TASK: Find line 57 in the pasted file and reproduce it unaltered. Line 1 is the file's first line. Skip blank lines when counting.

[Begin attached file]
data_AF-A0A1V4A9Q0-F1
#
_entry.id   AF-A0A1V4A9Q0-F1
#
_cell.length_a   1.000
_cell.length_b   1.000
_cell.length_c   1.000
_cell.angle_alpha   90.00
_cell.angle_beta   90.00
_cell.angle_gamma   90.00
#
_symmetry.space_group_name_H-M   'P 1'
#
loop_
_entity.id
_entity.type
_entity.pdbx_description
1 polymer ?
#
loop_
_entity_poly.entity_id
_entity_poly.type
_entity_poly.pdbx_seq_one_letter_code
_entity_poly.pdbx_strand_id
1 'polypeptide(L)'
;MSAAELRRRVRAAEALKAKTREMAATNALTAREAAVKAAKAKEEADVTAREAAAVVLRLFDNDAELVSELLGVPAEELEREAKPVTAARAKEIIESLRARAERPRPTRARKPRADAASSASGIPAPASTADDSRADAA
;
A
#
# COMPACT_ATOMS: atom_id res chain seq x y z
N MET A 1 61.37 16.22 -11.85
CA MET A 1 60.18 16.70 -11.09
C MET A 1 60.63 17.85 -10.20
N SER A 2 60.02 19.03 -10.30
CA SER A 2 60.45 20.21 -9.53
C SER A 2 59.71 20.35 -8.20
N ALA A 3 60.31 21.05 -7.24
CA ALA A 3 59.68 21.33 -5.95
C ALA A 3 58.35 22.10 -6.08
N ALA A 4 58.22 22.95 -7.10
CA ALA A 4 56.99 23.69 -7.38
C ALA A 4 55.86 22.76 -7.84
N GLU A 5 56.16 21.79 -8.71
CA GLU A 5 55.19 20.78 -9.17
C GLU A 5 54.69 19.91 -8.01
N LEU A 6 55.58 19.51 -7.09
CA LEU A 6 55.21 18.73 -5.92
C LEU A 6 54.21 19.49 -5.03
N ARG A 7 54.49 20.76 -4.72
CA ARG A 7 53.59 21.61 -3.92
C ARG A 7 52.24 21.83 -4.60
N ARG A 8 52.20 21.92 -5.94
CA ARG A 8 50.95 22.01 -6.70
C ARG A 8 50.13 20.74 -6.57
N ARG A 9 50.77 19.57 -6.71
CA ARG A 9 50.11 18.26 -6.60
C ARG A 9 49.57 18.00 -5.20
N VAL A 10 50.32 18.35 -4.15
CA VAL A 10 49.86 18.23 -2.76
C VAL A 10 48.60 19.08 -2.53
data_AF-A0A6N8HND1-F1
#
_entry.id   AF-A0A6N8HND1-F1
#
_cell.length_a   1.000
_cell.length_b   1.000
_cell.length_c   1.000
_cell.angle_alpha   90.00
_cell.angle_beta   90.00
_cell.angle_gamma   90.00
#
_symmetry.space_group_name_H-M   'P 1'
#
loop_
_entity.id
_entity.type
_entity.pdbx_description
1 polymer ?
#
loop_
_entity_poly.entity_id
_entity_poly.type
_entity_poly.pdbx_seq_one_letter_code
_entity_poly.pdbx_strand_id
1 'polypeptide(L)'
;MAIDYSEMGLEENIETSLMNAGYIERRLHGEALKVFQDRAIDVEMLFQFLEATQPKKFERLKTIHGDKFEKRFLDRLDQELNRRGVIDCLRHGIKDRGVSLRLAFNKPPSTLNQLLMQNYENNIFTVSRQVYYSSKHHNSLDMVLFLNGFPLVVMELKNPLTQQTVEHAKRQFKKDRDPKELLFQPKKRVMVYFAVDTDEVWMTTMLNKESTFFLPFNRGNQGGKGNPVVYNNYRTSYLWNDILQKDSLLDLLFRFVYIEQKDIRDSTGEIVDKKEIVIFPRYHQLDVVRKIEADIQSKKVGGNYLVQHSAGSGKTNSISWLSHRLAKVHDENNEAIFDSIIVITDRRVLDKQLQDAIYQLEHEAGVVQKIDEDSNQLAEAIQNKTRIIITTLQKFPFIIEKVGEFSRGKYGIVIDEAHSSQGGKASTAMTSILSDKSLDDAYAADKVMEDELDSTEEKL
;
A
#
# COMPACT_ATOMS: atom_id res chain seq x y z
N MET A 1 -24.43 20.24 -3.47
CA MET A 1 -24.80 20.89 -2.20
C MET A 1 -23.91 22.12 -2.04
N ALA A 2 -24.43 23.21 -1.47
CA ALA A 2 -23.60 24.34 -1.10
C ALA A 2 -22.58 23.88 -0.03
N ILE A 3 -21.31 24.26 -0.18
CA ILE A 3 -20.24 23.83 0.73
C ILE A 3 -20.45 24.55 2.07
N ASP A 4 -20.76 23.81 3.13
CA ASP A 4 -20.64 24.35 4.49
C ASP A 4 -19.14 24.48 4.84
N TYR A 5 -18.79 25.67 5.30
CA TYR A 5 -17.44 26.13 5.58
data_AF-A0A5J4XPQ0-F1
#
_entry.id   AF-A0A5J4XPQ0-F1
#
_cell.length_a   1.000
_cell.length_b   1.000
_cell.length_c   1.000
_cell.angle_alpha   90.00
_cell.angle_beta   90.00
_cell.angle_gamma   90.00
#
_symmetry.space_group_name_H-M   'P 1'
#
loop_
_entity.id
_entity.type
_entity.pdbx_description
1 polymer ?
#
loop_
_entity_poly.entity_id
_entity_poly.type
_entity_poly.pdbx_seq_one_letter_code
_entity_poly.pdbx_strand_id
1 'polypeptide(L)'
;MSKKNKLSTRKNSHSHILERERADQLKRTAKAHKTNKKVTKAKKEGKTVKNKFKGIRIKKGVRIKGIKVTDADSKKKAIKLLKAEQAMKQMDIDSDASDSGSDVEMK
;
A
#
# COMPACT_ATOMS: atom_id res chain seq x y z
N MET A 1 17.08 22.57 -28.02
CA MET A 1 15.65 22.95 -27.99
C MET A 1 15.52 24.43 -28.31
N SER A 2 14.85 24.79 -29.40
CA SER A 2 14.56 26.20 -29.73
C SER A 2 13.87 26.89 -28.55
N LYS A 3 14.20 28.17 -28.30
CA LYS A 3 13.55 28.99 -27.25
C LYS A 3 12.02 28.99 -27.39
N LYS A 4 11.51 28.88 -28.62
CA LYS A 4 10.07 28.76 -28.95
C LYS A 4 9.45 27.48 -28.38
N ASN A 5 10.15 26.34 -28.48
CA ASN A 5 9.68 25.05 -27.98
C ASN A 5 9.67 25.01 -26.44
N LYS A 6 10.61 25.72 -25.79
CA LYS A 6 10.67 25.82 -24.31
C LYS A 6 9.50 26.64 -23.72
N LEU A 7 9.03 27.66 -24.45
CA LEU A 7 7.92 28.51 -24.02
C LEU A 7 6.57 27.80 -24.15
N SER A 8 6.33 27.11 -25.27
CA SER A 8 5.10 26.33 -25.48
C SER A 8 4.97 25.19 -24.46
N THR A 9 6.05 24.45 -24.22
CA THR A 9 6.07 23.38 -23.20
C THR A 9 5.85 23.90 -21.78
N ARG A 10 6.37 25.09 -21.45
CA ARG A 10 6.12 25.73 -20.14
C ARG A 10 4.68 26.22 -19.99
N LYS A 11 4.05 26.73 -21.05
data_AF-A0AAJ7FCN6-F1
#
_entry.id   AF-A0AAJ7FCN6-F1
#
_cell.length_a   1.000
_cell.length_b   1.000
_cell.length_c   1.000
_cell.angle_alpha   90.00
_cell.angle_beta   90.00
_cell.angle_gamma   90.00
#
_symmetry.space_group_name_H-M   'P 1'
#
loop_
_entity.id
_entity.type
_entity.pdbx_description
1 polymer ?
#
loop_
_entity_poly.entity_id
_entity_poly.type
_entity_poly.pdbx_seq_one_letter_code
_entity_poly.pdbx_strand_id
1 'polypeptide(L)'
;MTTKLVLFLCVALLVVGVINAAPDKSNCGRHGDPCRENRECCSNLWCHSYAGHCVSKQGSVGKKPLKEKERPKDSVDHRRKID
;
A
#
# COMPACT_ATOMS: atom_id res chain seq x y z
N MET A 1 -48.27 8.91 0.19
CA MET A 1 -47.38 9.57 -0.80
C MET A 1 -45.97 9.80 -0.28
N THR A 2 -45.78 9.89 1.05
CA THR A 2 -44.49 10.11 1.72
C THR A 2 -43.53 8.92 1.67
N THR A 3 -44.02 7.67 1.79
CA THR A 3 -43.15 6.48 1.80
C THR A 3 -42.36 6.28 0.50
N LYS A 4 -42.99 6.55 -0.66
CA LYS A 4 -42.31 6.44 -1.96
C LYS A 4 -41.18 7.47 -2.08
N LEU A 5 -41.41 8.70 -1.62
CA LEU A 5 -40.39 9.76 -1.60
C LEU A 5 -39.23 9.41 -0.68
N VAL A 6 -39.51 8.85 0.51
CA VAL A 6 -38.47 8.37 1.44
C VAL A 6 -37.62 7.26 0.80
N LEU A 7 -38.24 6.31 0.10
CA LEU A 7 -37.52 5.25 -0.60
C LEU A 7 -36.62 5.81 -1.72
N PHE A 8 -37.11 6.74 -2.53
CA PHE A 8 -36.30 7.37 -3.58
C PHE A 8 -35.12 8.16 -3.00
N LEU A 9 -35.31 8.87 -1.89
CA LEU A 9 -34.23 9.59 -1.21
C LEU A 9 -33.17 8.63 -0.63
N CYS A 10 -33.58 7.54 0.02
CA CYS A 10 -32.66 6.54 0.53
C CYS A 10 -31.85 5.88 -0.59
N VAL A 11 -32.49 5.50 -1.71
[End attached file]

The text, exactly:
C ARG A 9 49.57 18.00 -5.20